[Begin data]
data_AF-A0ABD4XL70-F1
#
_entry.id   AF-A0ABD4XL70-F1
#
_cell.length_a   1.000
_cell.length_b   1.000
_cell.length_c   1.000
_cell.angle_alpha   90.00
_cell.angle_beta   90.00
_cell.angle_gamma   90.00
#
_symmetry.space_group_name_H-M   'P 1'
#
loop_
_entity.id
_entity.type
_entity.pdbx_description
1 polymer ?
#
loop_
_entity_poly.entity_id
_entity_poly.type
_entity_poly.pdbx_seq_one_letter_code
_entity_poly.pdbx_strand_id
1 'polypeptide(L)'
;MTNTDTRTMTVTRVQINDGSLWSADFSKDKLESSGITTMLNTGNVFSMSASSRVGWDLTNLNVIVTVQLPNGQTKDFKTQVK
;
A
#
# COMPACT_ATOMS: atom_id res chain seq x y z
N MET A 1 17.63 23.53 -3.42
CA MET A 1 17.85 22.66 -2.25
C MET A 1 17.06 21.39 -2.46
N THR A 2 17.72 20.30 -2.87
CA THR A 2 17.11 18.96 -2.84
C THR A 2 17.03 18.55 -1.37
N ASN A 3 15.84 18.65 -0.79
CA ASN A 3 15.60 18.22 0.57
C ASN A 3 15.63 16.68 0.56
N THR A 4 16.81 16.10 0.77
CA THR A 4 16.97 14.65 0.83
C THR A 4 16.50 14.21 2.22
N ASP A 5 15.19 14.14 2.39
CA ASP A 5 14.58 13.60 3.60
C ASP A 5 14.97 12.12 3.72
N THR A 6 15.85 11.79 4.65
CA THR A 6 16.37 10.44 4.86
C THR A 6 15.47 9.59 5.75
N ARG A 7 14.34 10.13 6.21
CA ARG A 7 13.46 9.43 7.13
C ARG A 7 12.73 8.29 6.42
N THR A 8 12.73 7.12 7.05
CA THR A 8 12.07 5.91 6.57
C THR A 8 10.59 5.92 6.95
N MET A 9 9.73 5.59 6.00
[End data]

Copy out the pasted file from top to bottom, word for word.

data_AF-A0ABD4XL70-F1
#
_entry.id   AF-A0ABD4XL70-F1
#
_cell.length_a   1.000
_cell.length_b   1.000
_cell.length_c   1.000
_cell.angle_alpha   90.00
_cell.angle_beta   90.00
_cell.angle_gamma   90.00
#
_symmetry.space_group_name_H-M   'P 1'
#
loop_
_entity.id
_entity.type
_entity.pdbx_description
1 polymer ?
#
loop_
_entity_poly.entity_id
_entity_poly.type
_entity_poly.pdbx_seq_one_letter_code
_entity_poly.pdbx_strand_id
1 'polypeptide(L)'
;MTNTDTRTMTVTRVQINDGSLWSADFSKDKLESSGITTMLNTGNVFSMSASSRVGWDLTNLNVIVTVQLPNGQTKDFKTQVK
;
A
#
# COMPACT_ATOMS: atom_id res chain seq x y z
N MET A 1 17.63 23.53 -3.42
CA MET A 1 17.85 22.66 -2.25
C MET A 1 17.06 21.39 -2.46
N THR A 2 17.72 20.30 -2.87
CA THR A 2 17.11 18.96 -2.84
C THR A 2 17.03 18.55 -1.37
N ASN A 3 15.84 18.65 -0.79
CA ASN A 3 15.60 18.22 0.57
C ASN A 3 15.63 16.68 0.56
N THR A 4 16.81 16.10 0.77
CA THR A 4 16.97 14.65 0.83
C THR A 4 16.50 14.21 2.22
N ASP A 5 15.19 14.14 2.39
CA ASP A 5 14.58 13.60 3.60
C ASP A 5 14.97 12.12 3.72
N THR A 6 15.85 11.79 4.65
CA THR A 6 16.37 10.44 4.86
C THR A 6 15.47 9.59 5.75
N ARG A 7 14.34 10.13 6.21
CA ARG A 7 13.46 9.43 7.13
C ARG A 7 12.73 8.29 6.42
N THR A 8 12.73 7.12 7.05
CA THR A 8 12.07 5.91 6.57
C THR A 8 10.59 5.92 6.95
N MET A 9 9.73 5.59 6.00